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Topic: Discuss: Many prefer the sound of MP3 over hi-fi audio

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  1. #1
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    Discuss: Many prefer the sound of MP3 over hi-fi audio

    Techdirt is reporting
    Every so often we have a story about how audiophiles freak out about how awful MP3s sound, and how they're "ruining music." We tend to joke about those stories, and then the audiophiles come out in the comments and scream about how we're totally clueless and if we only spent six figures on our own stereo system, we'd feel the same way. So, I'm sure they're going to be upset to hear that a growing number of young folks actually prefer the sound of MP3s to other, much higher "quality" systems. The theory is that they're so used to hearing the sound associated with MP3s, they are more comfortable with it and prefer it. In fact, the article notes, some believe the same is true of those who believe that vinyl's sound quality is so much greater than other formats: much of it is actually because they're so used to the sound quality associated with vinyl.
    Are standards devolving? Or are MP3s good enough?

    What do you think?

  2. #2
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    Re: Discuss: Many prefer the sound of MP3 over hi-fi audio

    Hey Gary,

    My hearing has been slowly deteriorating for years, so I am not probably the best to comment. I was one of those who was told that vinyl was superior to digital about 10 years ago. I suppose on the first few playings that might have been true with the right equipment, but as they deteriorate from repeated playing even I was able to notice it. Depending on the music I can no longer hear the difference if the sampling rate of the mp3 is high enough (like on the kury/bacos mp3s in another thread). At the same time I am sure that some can, just like sometimes I can hear the difference with an dvdaudio disc. It depends on the music and the playback equipment. I do not think that my laptop speakers are good for showing differences that may occur. Just my 2 cents.

    Paul

  3. #3

    Re: Discuss: Many prefer the sound of MP3 over hi-fi audio

    This is gonna be fun.


    Let me get this foundation track recorded and I'll be back.
    Producer ~ Sound Engineer ~ Musician

    http://www.myspace.com/451525581

  4. #4

    Re: Discuss: Many prefer the sound of MP3 over hi-fi audio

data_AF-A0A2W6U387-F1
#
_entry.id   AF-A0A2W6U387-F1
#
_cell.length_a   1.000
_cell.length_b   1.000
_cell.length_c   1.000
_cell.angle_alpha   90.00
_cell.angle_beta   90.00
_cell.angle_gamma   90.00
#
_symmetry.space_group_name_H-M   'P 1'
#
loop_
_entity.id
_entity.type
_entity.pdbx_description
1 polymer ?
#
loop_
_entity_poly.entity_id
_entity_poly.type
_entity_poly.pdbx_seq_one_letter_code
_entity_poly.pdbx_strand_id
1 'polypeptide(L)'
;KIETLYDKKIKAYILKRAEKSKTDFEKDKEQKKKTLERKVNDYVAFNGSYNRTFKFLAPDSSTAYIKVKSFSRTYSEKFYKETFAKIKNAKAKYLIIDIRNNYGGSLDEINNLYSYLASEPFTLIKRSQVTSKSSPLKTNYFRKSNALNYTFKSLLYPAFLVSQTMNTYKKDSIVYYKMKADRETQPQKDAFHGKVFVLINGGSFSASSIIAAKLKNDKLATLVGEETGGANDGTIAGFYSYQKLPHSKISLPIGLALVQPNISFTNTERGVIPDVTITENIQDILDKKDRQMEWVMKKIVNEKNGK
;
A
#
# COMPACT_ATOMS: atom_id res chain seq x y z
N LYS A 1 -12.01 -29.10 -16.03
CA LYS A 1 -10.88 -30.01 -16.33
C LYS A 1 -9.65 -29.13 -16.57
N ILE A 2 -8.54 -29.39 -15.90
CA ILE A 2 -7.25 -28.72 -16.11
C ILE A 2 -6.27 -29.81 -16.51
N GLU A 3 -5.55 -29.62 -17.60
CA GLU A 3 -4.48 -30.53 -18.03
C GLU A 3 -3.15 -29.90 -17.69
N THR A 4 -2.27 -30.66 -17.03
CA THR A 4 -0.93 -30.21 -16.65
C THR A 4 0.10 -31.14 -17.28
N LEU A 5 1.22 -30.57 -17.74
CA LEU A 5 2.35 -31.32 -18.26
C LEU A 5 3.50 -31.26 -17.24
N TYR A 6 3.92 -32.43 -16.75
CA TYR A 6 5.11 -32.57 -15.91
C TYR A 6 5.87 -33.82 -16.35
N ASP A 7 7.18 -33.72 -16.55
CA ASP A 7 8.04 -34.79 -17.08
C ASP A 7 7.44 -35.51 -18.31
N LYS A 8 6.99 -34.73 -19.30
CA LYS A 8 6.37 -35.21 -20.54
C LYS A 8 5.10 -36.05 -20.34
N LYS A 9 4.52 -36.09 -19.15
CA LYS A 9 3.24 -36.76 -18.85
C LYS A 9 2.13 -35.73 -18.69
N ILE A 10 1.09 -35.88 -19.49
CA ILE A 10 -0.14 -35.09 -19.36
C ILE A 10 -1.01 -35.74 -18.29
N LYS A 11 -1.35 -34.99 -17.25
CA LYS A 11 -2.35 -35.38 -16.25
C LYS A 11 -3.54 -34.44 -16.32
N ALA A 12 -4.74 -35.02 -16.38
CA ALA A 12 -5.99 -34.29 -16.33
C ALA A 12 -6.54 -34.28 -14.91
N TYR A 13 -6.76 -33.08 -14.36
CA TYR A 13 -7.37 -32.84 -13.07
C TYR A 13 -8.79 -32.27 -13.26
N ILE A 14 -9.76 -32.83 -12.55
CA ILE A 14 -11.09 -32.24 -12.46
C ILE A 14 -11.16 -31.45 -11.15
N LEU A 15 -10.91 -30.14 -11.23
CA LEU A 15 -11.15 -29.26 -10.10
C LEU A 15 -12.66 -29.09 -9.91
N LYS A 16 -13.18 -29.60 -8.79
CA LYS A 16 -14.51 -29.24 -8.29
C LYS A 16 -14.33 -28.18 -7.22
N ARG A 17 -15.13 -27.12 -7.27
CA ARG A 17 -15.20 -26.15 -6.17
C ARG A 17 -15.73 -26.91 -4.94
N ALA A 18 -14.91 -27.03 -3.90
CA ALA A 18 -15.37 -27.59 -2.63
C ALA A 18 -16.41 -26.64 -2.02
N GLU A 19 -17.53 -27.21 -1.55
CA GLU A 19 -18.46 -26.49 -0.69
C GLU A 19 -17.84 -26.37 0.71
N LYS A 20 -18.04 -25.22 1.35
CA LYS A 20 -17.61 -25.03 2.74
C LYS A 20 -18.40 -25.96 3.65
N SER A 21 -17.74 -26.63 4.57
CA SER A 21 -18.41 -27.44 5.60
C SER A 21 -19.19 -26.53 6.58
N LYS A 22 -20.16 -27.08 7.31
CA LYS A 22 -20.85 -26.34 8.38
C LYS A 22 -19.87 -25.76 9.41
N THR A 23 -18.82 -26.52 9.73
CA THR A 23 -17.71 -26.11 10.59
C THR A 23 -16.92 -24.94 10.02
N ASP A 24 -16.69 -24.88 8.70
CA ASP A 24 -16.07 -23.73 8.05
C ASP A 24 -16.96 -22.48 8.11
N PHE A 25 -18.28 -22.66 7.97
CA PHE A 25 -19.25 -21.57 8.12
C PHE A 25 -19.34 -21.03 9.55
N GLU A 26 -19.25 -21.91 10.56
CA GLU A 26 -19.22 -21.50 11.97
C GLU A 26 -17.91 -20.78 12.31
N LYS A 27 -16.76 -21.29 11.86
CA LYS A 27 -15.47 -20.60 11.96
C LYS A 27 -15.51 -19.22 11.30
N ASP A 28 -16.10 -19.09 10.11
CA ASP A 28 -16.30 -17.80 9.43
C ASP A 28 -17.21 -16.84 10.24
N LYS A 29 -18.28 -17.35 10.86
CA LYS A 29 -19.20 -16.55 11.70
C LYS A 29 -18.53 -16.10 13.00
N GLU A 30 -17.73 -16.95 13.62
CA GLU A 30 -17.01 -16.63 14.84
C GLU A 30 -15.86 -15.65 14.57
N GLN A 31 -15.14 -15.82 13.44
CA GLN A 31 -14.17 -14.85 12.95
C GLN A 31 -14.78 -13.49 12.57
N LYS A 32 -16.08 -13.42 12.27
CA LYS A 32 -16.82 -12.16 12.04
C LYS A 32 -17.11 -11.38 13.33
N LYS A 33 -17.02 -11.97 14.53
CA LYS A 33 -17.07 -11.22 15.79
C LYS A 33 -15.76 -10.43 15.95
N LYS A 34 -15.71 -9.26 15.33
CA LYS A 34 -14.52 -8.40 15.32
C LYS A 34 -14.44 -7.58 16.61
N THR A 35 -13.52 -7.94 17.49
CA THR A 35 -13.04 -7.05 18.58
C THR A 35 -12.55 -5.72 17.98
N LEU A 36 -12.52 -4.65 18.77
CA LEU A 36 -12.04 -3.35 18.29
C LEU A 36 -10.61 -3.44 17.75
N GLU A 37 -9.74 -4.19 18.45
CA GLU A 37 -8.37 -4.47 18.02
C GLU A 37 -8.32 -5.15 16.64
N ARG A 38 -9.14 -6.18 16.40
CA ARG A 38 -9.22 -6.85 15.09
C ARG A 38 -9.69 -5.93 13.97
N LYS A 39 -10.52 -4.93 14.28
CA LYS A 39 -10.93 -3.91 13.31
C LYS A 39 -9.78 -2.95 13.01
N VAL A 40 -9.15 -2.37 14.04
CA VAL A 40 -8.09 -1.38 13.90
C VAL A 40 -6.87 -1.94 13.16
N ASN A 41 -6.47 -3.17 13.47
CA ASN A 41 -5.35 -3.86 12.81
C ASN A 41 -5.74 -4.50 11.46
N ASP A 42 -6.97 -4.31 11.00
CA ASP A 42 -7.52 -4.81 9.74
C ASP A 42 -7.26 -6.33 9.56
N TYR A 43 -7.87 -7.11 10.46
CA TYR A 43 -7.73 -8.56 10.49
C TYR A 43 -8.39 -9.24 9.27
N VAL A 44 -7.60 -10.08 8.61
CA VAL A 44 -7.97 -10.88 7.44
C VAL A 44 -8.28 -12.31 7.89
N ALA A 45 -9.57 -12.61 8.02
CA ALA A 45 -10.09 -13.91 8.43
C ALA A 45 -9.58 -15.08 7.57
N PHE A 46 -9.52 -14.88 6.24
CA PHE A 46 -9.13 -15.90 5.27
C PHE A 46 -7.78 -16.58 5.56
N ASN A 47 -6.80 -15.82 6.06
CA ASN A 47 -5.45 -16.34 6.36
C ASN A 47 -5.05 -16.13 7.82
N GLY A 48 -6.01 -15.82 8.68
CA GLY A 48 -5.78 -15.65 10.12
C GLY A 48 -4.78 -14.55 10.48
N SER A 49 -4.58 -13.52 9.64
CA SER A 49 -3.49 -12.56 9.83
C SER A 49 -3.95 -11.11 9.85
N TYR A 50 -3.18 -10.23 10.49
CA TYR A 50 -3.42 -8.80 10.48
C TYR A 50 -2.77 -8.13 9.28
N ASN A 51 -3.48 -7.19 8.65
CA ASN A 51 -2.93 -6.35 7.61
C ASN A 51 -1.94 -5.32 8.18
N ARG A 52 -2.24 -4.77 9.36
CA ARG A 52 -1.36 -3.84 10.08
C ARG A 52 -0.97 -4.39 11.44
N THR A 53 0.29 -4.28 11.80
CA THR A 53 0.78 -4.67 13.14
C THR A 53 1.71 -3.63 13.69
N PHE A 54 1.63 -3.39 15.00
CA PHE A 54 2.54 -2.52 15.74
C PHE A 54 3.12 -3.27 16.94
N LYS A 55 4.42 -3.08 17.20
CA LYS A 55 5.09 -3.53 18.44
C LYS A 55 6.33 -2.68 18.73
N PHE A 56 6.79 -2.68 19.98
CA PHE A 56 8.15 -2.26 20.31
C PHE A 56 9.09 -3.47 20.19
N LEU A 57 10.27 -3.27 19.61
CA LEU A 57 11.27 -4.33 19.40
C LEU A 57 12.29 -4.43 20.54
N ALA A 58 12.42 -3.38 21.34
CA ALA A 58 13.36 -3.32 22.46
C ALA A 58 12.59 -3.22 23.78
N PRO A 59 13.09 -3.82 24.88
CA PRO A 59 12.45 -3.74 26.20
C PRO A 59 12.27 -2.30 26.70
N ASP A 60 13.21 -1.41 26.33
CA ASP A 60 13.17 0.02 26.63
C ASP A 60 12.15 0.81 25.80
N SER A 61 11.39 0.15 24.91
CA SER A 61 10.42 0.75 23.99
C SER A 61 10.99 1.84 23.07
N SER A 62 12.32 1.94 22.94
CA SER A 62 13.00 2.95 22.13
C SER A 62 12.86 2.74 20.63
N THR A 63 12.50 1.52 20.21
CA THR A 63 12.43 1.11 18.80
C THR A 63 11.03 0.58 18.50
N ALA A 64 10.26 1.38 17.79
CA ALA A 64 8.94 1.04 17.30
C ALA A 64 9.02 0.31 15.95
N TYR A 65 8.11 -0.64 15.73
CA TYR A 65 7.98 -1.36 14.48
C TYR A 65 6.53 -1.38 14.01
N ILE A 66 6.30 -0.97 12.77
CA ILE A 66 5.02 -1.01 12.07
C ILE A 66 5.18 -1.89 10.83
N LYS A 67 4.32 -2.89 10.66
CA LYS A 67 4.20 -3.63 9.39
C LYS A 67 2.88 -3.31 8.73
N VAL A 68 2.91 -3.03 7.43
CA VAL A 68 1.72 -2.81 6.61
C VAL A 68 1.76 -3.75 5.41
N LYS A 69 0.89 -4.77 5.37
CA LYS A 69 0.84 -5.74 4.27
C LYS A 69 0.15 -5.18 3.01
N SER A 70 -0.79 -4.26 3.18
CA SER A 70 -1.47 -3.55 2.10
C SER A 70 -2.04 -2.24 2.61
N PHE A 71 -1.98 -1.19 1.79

Generally speaking, the average human ear is just not that discerning. A dog maybe, but not a human. A person who tells you that he can distinguish between the sound of an mp3 and any other music recording media is probably fooling himself (or herself) and is engaging in a bit of wishful thinking.
    Larry G. Alexander
    www.alexandermusic.com

  5. #5

    Re: Discuss: Many prefer the sound of MP3 over hi-fi audio

    Very interesting, Gary!

    I think this finding that young people seem to prefer the sound of MP3s could possibly mean that people's ears Are discerning enough to hear the differences between various forms of recordings, otherwise how could they have a preference? - Or are the young people in that study saying they prefer MP3s only out of a kind of "brand loyalty," and their preference has nothing to do with the actual sonic differences? They'll also say they much prefer Boxer shorts to briefs - and that's just an example of the fashion world selling them on a totally arbitrary preference.

    - Side note--You older guys, my age, did you Ever think you'd see the day when Boxers, which we used to consider "old man" style and extremely dorky looking would somehow become In again? Still amazes me!

    I think a lot of this underscores how people are creatures of habit, and we all tend to prefer what we're used to. People who still prefer the sound of vinyl, even though that sound is Very easily demonstrated to be full of imperfections--hum, rumble, scratches, surface noise - they're being nostalgic and wanting to stick with the sound they grew up with. That's an easy preference to understand.

    Young people also tend to detest black and white movies. I've been around young people (under 30 shall we say?) who get agitated and moan and groan, leave the room--unable to watch B&W because it's so different from what they're used to. They can accept B&W as a special effect - since it's often used in MTV videos and modern films as an effect rather than just a medium choice. But it's again just what they're used to. They tend to also dislike eating vegetables, and can be very stubborn to attempt expanding their taste palettes.

    When I make an MP3 copy of my own music, if I leave the settings to the medium ones used in most online MP3s - I can clearly hear a difference, because distortion creeps in, and muddiness simultaneously with rough-edged harshness. If I move the MP3 burner's controls to full quality, then it's much more difficult to distinguish the copy from the original .wav file.

    Regardless of how many people are finding the difference between full tilt recordings and MP3s to be subtle, I still can't imagine ever going directly to MP3s for archiving my music - the way a lot of people are apparently now doing.

    There are some thoughts on this. Interesting stuff!

    Randy

  6. #6

    Re: Discuss: Many prefer the sound of MP3 over hi-fi audio

    A HUGE THANKS TO GARY!